Study: Mother’s diet could determine a baby’s facial features in the womb

March 28, 2024

You might be able to blame your mom’s strange pregnancy cravings for your looks, reports the New York Post.

The origins of facial features have long puzzled scientists—but new research suggests that a pregnant mother’s diet could actually influence certain features, starting in the womb.

The study, published in the journal, Nature Communications, on Tuesday, March 26, linked a mother’s protein levels to gene activity—specifically to mTORC1 genes, which influence the “craniofacial shape of the embryos,” according to the authors.

They found that high-protein diets resulted in pronounced facial features—such as stronger jawlines and bigger noses—while a low-protein diet resulted in slimmer, pointier features.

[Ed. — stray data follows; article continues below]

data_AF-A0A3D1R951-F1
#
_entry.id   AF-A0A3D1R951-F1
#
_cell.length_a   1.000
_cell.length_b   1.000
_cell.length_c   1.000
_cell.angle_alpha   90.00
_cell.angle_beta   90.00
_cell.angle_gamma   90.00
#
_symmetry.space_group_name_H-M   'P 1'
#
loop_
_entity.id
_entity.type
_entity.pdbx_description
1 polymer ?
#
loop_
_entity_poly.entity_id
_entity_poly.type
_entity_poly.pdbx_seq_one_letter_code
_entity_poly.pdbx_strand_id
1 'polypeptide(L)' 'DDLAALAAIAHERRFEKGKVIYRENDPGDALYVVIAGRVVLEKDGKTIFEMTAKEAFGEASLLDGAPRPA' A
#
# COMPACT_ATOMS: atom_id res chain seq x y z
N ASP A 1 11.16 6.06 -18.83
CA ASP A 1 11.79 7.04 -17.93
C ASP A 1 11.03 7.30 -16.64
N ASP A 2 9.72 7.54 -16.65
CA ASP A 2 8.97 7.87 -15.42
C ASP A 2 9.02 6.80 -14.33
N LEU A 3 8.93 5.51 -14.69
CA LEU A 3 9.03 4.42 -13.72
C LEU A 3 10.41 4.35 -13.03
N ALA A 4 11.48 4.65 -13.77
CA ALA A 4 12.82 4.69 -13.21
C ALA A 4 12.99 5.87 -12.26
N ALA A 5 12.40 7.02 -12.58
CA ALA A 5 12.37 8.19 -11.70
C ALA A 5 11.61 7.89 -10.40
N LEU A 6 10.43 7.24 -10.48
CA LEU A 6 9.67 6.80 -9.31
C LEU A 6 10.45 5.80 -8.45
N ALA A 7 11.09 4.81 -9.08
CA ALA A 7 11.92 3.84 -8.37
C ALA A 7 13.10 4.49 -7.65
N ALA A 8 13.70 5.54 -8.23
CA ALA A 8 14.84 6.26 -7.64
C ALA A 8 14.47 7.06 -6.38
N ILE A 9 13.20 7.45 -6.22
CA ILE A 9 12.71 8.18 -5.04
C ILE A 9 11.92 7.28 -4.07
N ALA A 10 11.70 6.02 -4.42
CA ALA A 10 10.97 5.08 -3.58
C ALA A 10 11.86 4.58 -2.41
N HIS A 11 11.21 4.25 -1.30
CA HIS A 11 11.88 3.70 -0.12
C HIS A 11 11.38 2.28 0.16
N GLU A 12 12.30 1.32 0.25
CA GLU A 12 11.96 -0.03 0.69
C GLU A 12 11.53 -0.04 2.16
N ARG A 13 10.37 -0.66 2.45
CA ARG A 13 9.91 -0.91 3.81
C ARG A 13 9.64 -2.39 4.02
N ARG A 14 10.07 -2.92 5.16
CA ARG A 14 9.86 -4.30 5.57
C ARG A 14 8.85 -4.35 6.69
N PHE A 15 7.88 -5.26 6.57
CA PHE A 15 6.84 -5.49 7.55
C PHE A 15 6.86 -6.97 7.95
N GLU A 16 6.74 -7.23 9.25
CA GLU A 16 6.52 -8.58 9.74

In short, the mother’s diet could “fine tune” facial features—such as the shape and size of the nose or jaw —of their children.

For the study, the team of international researchers observed pregnant mice and zebrafish that were genetically manipulated and ate diets varying in nutrition level.

Past studies have linked mothers’ diets to health outcomes in children. Vegan diets, for one, have been associated with lower birth weights.

One study, published earlier this year, found that boys born to obese mothers are more likely to be overweight at birth and are put at a heightened risk of metabolic conditions—such as fatty liver disease—later in life.

A different piece of research found that moms who ate ultra-processed food—which has been linked to an array of negative health consequences —could pass potentially harmful chemicals in junk food to their fetuses.

Research contact: @nypost